Car fuel Scheme
Tuesday, 27 August 2013
MOTORISTS in Newry and Mourne could save 5p per litre of diesel and petrol if a proposal to introduce a fuel rebate scheme here gets the green light, writes Brian Hyland.
Car owners in the district are currently paying more for their fuel than most regions in the UK with a litre of diesel costing 145.9p on average and petrol coming in at around 138.9p.
Earlier this month HM Treasury wrote to the European Commission asking to extend a Rural Fuel Rebate Scheme currently in place in the Scottish Highlands to rural areas in the north, including Newry and Mourne.
FED-UP motorists in Newry and Mourne could save up to 5p per litre of diesel or petrol if a proposed government scheme is introduced to Northern Ireland.
Earlier this month HM Treasury announced it was writing to the European Commission looking to extend the Rural Fuel Rebate Scheme that is currently in place in Scottish Highland areas to 'rural' parts of the north - including Newry and Mourne.
According to the most recent survey by the Consumer Council NI, car owners in the district are paying more for fuel prices than anywhere else in the UK with the average cost of a litre of diesel around 142.9p and the average cost of a litre of petrol costing around a whooping 145.9p.
Should the EU give the green light to roll out the scheme to parts of Northern Ireland, motorists here could save up to 5p per litre.
Scott Kennerley, Head of Policy (Transport) at the Consumer Council, told the Democrat: "In remote areas of Scotland there is a fuel duty discount scheme operating and now the Treasury have announced their intention to write to the EU to seek authorisation to roll out that scheme across certain rural areas in the UK, including 17 district council areas in Northern Ireland.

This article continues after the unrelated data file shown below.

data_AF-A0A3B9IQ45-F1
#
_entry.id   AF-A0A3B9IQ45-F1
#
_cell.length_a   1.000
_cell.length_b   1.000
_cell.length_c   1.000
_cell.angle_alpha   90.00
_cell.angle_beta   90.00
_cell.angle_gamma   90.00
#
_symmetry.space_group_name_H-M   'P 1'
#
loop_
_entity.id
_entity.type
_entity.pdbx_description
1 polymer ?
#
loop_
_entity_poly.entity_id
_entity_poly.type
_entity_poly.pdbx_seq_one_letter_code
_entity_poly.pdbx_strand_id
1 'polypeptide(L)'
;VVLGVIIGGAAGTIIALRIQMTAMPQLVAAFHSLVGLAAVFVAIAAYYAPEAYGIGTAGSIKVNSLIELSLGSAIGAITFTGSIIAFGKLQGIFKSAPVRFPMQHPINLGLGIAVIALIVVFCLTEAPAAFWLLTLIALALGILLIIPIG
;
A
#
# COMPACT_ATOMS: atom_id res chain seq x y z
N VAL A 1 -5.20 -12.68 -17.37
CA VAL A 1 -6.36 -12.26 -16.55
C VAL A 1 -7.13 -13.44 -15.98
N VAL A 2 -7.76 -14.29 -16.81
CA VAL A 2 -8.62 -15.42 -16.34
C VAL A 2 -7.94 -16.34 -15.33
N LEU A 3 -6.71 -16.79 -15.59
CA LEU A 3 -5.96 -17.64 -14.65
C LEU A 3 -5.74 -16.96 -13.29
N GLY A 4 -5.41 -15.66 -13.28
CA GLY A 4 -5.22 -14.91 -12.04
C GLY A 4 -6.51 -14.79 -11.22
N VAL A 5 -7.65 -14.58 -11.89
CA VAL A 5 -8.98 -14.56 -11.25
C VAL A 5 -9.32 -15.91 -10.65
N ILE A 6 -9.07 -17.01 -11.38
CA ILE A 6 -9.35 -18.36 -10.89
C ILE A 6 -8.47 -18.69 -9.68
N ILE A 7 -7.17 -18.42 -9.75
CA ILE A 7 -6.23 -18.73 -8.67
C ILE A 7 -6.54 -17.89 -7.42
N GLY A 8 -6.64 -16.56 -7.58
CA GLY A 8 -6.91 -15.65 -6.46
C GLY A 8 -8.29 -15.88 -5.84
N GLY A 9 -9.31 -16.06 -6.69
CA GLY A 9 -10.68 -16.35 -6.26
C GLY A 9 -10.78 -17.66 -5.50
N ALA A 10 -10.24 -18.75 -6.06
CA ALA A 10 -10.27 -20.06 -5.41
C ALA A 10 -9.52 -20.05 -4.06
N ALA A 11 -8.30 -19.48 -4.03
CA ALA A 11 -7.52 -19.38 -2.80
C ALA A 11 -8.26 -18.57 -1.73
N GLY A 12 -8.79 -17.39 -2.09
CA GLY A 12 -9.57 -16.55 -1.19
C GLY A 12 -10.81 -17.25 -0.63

“The current scheme in operation in parts of Scotland is 5p per litre discount. If they rolled out the same scheme here then motorists could also be looking at a potential discount of 5p per litre."
Any form of discount on fuel prices would come as a big relief to hard-pressed motorists in Newry and Mourne who have been constantly paying more for diesel and petrol than any other part of the UK.
Mr Kennerley said the reason prices are usually higher in the Newry and Mourne area is down to the small number of supermarket forecourts in the area, which he says drive prices down.
He added: "Certainly over the last four weeks some of the examples prices we have seen in Newry are the highest in Northern Ireland.
“I couldn't say why Newry is dearer, but I can say areas with large rural populations and large rural areas tend to find higher fuel prices due to the lower level of supermarket forecourts.
“Supermarkets account for seven per cent of petrol stations in Northern Ireland compared to about 15 per cent in the rest of the UK.
“Supermarkets buy wholesale fuels in much larger quantities and are therefore able to sell it at lower prices than rival retailers.
“That drives the competitive pricing within the area, so if you live in a rural area with less supermarket forecourts driving prices the chances are you are going to be paying higher prices."
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